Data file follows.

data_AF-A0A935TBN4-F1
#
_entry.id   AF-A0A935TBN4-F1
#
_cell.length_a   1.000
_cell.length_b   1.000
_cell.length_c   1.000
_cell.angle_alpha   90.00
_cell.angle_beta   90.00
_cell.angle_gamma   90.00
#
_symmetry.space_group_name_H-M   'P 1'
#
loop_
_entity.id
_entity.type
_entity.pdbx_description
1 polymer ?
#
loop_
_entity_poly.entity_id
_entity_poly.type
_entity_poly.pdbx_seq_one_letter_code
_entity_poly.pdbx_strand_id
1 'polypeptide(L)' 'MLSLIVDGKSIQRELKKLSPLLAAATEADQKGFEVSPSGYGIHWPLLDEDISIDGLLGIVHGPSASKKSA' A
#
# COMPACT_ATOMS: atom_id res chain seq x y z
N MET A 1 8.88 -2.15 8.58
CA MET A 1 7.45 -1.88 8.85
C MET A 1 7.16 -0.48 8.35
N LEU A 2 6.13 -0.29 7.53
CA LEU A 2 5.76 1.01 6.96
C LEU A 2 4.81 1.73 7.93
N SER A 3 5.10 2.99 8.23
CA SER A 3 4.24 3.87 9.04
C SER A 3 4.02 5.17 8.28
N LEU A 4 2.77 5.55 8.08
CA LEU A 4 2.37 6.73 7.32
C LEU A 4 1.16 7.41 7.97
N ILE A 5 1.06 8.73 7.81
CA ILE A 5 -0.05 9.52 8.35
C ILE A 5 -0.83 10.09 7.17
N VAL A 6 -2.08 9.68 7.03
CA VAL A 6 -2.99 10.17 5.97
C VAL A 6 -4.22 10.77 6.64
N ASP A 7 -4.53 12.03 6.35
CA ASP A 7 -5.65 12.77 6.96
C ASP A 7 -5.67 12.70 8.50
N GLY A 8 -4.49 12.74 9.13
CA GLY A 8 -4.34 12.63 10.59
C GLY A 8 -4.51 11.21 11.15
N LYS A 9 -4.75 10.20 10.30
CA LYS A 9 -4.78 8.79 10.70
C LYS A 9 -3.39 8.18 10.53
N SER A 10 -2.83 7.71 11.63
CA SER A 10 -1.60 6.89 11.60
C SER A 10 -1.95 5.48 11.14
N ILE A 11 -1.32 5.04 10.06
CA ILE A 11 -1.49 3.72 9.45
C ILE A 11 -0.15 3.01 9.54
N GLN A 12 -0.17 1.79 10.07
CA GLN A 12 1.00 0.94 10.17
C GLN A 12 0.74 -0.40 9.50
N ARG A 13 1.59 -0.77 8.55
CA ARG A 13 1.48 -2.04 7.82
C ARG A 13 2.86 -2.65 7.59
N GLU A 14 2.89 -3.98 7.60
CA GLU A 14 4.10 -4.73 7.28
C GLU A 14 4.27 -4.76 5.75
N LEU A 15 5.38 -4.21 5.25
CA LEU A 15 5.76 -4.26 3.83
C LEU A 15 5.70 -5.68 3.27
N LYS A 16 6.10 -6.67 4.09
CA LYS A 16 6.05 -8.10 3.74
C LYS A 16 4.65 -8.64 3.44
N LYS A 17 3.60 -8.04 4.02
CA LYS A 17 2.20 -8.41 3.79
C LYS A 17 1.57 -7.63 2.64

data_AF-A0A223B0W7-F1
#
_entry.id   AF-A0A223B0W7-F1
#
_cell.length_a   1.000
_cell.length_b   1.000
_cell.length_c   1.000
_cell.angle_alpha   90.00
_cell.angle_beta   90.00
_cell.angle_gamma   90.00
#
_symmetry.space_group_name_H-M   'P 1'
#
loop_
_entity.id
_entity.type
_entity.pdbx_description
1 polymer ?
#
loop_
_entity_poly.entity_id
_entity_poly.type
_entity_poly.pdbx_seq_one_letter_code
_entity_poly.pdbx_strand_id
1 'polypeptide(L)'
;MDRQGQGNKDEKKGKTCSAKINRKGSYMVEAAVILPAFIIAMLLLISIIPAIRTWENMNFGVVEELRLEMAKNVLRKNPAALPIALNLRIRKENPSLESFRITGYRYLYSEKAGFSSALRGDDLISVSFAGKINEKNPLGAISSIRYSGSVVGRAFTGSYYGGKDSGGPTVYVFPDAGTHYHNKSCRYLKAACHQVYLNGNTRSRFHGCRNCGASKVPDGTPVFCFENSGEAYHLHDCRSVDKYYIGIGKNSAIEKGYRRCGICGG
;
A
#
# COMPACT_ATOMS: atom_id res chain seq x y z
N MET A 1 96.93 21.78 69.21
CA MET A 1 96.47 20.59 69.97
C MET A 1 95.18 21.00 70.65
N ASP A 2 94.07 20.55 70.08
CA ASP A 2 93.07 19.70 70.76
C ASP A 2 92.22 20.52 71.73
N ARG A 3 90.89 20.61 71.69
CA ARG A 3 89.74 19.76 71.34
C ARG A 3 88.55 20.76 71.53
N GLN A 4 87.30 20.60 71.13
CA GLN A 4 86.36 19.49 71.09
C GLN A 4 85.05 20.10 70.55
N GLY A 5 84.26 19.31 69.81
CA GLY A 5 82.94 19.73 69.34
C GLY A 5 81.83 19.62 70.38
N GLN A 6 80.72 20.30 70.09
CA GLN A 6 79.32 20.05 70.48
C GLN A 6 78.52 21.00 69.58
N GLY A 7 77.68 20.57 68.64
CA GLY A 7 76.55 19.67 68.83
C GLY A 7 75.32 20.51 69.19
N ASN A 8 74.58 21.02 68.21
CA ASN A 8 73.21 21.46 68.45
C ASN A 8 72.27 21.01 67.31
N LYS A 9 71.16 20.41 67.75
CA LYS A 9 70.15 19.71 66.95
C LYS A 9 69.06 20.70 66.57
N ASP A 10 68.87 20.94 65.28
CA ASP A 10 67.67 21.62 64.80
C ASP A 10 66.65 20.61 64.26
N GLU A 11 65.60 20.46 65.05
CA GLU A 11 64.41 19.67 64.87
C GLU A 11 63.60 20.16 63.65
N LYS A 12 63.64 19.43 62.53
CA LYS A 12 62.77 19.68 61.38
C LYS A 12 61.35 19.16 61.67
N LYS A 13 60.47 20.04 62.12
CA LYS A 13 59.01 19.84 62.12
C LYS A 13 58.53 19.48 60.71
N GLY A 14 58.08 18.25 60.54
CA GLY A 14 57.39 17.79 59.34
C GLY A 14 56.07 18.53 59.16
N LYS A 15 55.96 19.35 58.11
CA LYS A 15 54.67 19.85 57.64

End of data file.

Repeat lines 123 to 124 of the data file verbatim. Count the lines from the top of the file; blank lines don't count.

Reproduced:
C GLY A 5 81.83 19.62 70.38
N GLN A 6 80.72 20.30 70.09